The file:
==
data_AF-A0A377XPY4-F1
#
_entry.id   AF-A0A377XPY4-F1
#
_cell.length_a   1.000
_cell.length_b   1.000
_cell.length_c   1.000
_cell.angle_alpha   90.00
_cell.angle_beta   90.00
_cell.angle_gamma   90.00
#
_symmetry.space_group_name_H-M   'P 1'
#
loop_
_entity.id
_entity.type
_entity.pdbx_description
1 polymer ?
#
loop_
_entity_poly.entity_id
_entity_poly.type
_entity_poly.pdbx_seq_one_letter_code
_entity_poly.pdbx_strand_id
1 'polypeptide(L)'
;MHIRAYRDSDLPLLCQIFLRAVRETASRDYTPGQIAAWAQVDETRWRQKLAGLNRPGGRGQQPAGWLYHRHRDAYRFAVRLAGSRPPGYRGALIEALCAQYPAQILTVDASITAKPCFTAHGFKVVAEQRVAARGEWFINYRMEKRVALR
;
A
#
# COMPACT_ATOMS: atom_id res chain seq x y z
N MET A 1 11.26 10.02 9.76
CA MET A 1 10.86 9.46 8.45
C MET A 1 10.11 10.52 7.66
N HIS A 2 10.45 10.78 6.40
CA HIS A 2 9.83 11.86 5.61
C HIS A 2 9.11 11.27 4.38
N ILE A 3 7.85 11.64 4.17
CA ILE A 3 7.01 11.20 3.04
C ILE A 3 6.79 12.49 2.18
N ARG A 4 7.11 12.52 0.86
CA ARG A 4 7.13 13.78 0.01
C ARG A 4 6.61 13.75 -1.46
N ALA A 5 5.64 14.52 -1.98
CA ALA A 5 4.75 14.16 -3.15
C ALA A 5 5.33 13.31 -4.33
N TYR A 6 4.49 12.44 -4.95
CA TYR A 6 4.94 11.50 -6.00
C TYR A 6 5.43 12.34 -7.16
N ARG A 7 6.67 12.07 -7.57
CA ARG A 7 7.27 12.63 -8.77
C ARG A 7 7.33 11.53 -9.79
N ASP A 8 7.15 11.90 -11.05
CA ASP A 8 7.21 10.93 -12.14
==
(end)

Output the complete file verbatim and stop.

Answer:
data_AF-A0A377XPY4-F1
#
_entry.id   AF-A0A377XPY4-F1
#
_cell.length_a   1.000
_cell.length_b   1.000
_cell.length_c   1.000
_cell.angle_alpha   90.00
_cell.angle_beta   90.00
_cell.angle_gamma   90.00
#
_symmetry.space_group_name_H-M   'P 1'
#
loop_
_entity.id
_entity.type
_entity.pdbx_description
1 polymer ?
#
loop_
_entity_poly.entity_id
_entity_poly.type
_entity_poly.pdbx_seq_one_letter_code
_entity_poly.pdbx_strand_id
1 'polypeptide(L)'
;MHIRAYRDSDLPLLCQIFLRAVRETASRDYTPGQIAAWAQVDETRWRQKLAGLNRPGGRGQQPAGWLYHRHRDAYRFAVRLAGSRPPGYRGALIEALCAQYPAQILTVDASITAKPCFTAHGFKVVAEQRVAARGEWFINYRMEKRVALR
;
A
#
# COMPACT_ATOMS: atom_id res chain seq x y z
N MET A 1 11.26 10.02 9.76
CA MET A 1 10.86 9.46 8.45
C MET A 1 10.11 10.52 7.66
N HIS A 2 10.45 10.78 6.40
CA HIS A 2 9.83 11.86 5.61
C HIS A 2 9.11 11.27 4.38
N ILE A 3 7.85 11.64 4.17
CA ILE A 3 7.01 11.20 3.04
C ILE A 3 6.79 12.49 2.18
N ARG A 4 7.11 12.52 0.86
CA ARG A 4 7.13 13.78 0.01
C ARG A 4 6.61 13.75 -1.46
N ALA A 5 5.64 14.52 -1.98
CA ALA A 5 4.75 14.16 -3.15
C ALA A 5 5.33 13.31 -4.33
N TYR A 6 4.49 12.44 -4.95
CA TYR A 6 4.94 11.50 -6.00
C TYR A 6 5.43 12.34 -7.16
N ARG A 7 6.67 12.07 -7.57
CA ARG A 7 7.27 12.63 -8.77
C ARG A 7 7.33 11.53 -9.79
N ASP A 8 7.15 11.90 -11.05
CA ASP A 8 7.21 10.93 -12.14